Dealing with Query Rejections

I’ve seen a lot of authors share experiences with query rejections. And it can be rough trying to convince an agent or publisher to take a chance with you. However, I’ve also seen a few writers who get discouraged to the point of “shelving” their books. But, why?

Imagine putting all of your heart and soul into what you believe is a work of art only to hide it away because of the sheer number of rejections.

So, it’s no secret that I am a fan of self-publishing. Especially for those who don’t have a lot of money but want to see their work in print. In reality, there are a lot of benefits. And quite honestly, there are a lot of drawbacks.

However, putting your book on hold because you’re discouraged isn’t doing yourself or your potential fans any favors.

You never know whose life you’ll affect when you self-publish your work.

Self-Publishing Reviews
Reviews from A Freelancer’s Tale

Many platforms today make it exceptionally easy and cheap to get your book out to the masses. In fact, I’ve spent a total of $0.83 publishing A Freelancer’s Tale, which includes marketing.

That’s a story of another time, however.

Though I haven’t made a ton of sales, I’m excited to have the first printed copy of my book sitting on my bookshelf.

Query Rejections Are Not the End of the World

It can be quite disheartening to put yourself out there time and again only for others to discredit your work. But it’s not the end of your journey. Especially today when you have so many options available.

Think of rejections as only part of the growing process. Sure, not everyone is cut out to be an author. Just because someone cranked out 90,000 words in a book doesn’t mean it’ll be something people want to read.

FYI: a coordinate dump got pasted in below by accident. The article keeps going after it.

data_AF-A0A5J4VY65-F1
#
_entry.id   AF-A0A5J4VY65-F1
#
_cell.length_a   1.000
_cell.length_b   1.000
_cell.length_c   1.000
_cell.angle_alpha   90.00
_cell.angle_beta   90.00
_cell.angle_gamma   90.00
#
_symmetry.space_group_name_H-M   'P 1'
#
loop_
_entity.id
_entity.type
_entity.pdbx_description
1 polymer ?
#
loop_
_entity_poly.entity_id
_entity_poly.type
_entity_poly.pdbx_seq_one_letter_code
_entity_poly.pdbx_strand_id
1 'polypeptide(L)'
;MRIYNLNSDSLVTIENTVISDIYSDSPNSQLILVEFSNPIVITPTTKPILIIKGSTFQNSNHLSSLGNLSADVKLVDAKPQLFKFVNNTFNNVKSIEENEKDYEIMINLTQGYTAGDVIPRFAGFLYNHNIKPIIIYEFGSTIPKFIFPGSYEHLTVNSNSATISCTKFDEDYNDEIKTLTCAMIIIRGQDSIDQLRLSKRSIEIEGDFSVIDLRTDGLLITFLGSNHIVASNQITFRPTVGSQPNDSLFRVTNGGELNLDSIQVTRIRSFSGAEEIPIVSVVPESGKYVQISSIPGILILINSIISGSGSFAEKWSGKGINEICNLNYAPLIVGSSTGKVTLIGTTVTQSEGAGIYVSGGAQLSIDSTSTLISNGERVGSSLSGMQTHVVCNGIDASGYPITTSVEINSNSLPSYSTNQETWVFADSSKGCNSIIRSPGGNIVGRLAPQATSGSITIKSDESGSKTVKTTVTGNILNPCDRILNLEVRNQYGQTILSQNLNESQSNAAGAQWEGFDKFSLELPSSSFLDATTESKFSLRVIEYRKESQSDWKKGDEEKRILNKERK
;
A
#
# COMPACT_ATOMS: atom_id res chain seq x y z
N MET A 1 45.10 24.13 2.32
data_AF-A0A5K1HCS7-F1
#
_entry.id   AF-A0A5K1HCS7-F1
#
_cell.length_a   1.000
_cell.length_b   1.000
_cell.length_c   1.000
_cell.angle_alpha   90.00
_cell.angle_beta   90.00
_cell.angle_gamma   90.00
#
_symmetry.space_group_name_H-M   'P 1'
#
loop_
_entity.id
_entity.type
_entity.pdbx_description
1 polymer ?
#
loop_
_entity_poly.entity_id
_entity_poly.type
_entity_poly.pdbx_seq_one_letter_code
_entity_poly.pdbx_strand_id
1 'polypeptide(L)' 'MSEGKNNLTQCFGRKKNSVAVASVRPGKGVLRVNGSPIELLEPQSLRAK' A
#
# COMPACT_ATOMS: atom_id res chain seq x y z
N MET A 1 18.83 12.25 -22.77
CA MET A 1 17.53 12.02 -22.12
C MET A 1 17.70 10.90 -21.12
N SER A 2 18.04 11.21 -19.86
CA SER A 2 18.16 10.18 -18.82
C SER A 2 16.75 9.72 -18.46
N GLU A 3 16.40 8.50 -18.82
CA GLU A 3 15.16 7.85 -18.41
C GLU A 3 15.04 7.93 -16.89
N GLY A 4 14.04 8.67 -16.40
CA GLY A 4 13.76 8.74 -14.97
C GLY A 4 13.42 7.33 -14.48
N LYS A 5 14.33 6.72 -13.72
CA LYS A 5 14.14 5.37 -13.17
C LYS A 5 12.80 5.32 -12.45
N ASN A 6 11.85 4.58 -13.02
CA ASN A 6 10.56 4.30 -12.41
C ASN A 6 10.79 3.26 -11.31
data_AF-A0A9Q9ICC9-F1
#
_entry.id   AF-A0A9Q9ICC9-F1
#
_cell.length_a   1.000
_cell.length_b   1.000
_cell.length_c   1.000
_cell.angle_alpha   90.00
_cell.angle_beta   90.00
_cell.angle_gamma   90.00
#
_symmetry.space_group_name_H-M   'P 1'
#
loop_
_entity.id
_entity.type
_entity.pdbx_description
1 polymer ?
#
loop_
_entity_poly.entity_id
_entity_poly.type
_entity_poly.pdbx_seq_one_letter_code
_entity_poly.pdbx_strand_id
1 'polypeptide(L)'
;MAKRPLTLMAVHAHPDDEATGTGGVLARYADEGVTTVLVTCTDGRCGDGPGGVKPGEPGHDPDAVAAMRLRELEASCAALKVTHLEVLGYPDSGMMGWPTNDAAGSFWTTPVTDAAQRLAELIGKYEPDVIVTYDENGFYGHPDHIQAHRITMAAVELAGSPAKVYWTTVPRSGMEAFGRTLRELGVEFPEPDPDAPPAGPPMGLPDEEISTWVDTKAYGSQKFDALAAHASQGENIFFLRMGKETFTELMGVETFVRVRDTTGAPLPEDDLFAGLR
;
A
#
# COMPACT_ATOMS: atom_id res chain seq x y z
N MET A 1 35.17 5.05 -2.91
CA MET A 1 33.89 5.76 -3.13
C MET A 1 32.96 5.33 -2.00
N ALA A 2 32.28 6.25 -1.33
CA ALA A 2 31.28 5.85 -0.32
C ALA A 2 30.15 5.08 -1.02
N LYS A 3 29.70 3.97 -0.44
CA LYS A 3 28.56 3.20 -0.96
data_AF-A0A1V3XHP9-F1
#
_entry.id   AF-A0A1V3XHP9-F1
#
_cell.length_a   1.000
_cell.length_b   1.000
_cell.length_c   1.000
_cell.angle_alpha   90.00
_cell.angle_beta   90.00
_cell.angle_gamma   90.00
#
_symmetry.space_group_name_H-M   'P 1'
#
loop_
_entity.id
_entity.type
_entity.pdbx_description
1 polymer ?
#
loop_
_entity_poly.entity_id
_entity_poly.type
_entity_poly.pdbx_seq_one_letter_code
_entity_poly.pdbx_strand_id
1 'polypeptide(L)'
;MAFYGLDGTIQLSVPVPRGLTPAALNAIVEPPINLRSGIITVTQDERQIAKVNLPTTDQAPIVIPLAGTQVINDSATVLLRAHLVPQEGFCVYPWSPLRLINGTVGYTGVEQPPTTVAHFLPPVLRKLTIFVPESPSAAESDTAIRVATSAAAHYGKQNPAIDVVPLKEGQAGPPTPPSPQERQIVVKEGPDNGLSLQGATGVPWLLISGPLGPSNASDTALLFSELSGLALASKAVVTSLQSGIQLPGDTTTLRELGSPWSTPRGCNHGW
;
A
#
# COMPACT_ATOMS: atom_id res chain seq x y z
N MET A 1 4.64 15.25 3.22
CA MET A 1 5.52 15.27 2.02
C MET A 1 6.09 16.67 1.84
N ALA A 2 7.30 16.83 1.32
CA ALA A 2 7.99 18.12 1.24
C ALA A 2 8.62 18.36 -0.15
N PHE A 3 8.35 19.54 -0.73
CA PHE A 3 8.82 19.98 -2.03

Now, I’m not saying that your manuscript sucks. I just want you to be aware that being a writer takes more than just having an idea you think is good.

It’s about storytelling and being able to engage your readers from start to finish.

With that out of the way, you also need to understand that you cannot please 100% of the people 100% of the time. This means that despite agents and publishers turning down your query, there is probably someone out there who is going to love your book.

Think of a movie you absolutely loved that critics hated.

If you truly want to see if you have merit as an author, don’t give up. That’s when self-publishing comes into play.

Why Self-Publish Despite Query Rejections?

It’s true that I am fairly new to authoring books. In fact, I’ve only the one published so far, which is an autobiography about how I started as a writer and never giving up even when things look bleak.

Needless to say, it doesn’t sell a lot of copies.

Mostly because no one knows who I am or cares how I started. The purpose of the book was to help me learn the process of self-publishing from beginning to end.

In that essence, A Freelancer’s Tale has succeeded.

However, there are several reasons why you should consider self-publishing after multiple rejections from query messages.

Boosting Your Level of Self-Confidence

Perhaps the most prolific benefit of self-publishing is how it affects your level of confidence. I can only speak for myself, but when I saw A Freelancer’s Tale go live on Amazon, I was filled with a sense of purpose.

It was, and still is, an incredible feeling that inspired me to go beyond the feelings of self-doubt and fear. And when I opened the package from Amazon of my first-ever printed copy, I welled up inside.

It fulfilled a life-long dream of seeing my name on the spine of a book on my shelves. For me, it was momentous.

Since then, I’ve been attacking my writing and career with a fervor I’ve never experienced. Despite having the hardest past few months with multiple deaths in the family, I’ve managed to keep everything together while moving forward.

Getting Your Name Out There

Part of being a success at anything in today’s world is getting your name out there for recognition. It’s all about personal branding, nowadays. By self-publishing your book, you begin that process.